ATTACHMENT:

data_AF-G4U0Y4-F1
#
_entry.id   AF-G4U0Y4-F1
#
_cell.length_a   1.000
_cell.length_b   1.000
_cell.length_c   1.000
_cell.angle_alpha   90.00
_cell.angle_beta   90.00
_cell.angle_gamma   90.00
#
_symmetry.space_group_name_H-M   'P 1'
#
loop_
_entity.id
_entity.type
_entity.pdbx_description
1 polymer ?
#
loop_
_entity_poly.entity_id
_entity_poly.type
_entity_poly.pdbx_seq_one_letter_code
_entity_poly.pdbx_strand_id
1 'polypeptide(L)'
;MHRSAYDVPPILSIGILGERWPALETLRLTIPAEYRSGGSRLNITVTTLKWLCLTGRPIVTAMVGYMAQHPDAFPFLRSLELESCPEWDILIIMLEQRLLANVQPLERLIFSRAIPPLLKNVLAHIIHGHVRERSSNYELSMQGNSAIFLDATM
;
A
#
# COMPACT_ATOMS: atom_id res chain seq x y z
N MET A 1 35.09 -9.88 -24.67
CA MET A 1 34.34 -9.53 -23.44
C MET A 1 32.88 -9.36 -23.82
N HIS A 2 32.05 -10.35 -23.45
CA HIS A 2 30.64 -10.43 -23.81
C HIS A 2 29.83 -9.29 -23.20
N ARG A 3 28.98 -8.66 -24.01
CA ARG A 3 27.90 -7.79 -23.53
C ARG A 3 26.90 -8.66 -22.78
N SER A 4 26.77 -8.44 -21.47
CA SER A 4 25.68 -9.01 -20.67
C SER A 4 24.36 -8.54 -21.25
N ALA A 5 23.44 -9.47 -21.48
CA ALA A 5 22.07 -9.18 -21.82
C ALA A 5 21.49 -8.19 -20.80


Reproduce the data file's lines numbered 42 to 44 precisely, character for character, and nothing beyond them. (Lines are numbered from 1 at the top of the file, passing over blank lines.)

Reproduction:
C SER A 4 24.36 -8.54 -21.25
N ALA A 5 23.44 -9.47 -21.48
CA ALA A 5 22.07 -9.18 -21.82